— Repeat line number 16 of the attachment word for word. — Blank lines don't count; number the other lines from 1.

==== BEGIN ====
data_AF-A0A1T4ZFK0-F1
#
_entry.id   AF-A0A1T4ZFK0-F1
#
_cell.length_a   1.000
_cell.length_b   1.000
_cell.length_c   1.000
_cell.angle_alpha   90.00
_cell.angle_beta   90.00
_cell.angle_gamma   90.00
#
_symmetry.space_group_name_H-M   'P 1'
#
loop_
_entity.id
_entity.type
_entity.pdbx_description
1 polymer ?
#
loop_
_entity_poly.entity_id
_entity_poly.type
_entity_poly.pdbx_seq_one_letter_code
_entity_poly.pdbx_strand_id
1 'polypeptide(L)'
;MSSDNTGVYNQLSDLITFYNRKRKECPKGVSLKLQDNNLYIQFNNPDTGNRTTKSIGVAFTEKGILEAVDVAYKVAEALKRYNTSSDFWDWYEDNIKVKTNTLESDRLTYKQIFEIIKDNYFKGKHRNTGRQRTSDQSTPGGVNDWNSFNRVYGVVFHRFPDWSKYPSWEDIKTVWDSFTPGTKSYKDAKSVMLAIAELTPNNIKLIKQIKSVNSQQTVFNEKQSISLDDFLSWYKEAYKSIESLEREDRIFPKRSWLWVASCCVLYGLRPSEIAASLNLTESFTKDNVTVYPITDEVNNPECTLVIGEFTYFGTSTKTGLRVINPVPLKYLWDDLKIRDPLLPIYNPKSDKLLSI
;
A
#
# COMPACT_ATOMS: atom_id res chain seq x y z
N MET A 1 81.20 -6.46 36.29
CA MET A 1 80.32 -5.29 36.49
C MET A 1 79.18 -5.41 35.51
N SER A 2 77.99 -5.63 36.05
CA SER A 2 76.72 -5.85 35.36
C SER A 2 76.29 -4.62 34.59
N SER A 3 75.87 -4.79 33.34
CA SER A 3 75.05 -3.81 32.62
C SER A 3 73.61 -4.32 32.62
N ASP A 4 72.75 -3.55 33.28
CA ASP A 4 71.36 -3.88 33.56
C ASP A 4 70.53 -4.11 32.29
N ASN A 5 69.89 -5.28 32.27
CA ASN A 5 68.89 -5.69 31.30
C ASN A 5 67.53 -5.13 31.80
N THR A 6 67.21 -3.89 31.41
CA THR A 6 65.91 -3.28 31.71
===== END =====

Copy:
_entity.type